Tajikistan had long been a country that I had near pathological obsession with visiting. In 2007, my then partner and I had made a previous attempt to cross Central Asia with minimal success. The crush of a bad relationship combined with the crush of post Soviet-republic visa hassles meant we left Tajikistan off of our list.
It was a decision I always regretted. I am literally a travel nerd. I like to categorize my trips into thematic overtures wherein romantic roads and highways play a significant part. In my head I can rattle off the names of roads that I am proud to have walked, driven, and hitched down:
The Manali-Leh Highway
The Karakoram Highway
The I-5 in California
I had desperately wanted the Pamir Highway (M 41) to be on that list.
A pang of regret always hit me when I talked to anyone about Central Asia, a feeling of leaving a bit of adventure on the table. Tajikistan, the famed Pamir Highway, became the forbidden fruit of my traveling resume. The place that always ‘might have been.’
Six years later, the travel god of randomness presented me with the perfect storm of opportunity. A good job (that I hated) had allowed me to amass a small fortune by the traveling world standards — enough to quit my job and set sail for Central Asia.
Four weeks later and after a brutal trip of getting there which involved all sorts of mayhem, days on end in a bus and even getting arrested in Xinjiang I finally crossed the frontier during a massive rainstorm that seemed to stretch into eternity.
Tajikistan was everything I hoped it would be, like the other Central Asian republics its boundaries looked like some missing pieces from a strange Turkish chess set. Which meant you could literally be standing in Tajikistan, on your left would be China and on your right would be Afghanistan. If your a travel nerd or a box ticker then the country was a living breathing museum of curiosities.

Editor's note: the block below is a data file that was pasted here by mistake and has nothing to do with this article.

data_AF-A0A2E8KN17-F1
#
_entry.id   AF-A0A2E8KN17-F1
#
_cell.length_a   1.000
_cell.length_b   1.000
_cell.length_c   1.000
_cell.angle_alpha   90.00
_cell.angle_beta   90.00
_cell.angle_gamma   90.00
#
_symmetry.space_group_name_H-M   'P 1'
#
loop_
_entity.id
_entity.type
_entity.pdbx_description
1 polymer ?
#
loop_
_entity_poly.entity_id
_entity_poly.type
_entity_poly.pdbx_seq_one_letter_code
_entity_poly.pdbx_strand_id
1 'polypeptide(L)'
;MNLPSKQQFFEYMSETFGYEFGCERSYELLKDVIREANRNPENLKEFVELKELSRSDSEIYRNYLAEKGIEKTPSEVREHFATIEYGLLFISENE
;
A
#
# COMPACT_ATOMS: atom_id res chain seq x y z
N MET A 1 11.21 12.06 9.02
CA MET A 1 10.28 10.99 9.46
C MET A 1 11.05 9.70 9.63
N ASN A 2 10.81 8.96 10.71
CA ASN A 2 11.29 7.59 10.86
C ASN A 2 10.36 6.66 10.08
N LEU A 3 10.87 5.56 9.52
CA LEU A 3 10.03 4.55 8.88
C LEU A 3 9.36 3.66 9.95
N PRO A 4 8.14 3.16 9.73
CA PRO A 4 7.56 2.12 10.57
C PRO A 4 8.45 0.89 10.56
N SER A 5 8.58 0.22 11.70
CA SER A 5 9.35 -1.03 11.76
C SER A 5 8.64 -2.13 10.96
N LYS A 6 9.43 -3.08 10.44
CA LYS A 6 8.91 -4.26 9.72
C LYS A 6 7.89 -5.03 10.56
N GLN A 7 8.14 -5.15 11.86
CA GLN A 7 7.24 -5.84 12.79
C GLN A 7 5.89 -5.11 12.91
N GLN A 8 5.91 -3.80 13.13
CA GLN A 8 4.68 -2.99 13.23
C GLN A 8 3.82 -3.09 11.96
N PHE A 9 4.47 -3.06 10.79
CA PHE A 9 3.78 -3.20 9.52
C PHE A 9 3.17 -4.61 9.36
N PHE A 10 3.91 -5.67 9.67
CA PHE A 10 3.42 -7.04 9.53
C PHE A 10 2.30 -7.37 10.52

Every ‘tourist’ sight along the Pamir Highway seemed to be tailor made for maximum value in oddity, especially for a Great Game enthusiast such as myself. Whether it was driving along the high desert road literally following the barbed wire fence that demarcated the Chinese border or stretching your legs walking around old forts while watching Afghan farmers graze their sheep on the on the other side, literally a stone’s throw away.
Perhaps the most interesting (at least for me) was being awoken at six in the morning and asked if I would like to attend a high school graduation. The operative word for anyone traveling is always ‘yes’, so along with the few other travelers in our home stay we shuffled off to watch a sunrise high school graduation at six in the morning at nearly 4000 meters. Watching this procession in the high fields of the Karakoram, it struck me that I had only been in Tajikistan and on the Pamir Highway for a few days.
Below are a few photos, mainly from the graduation and some other images from my several days on the M41.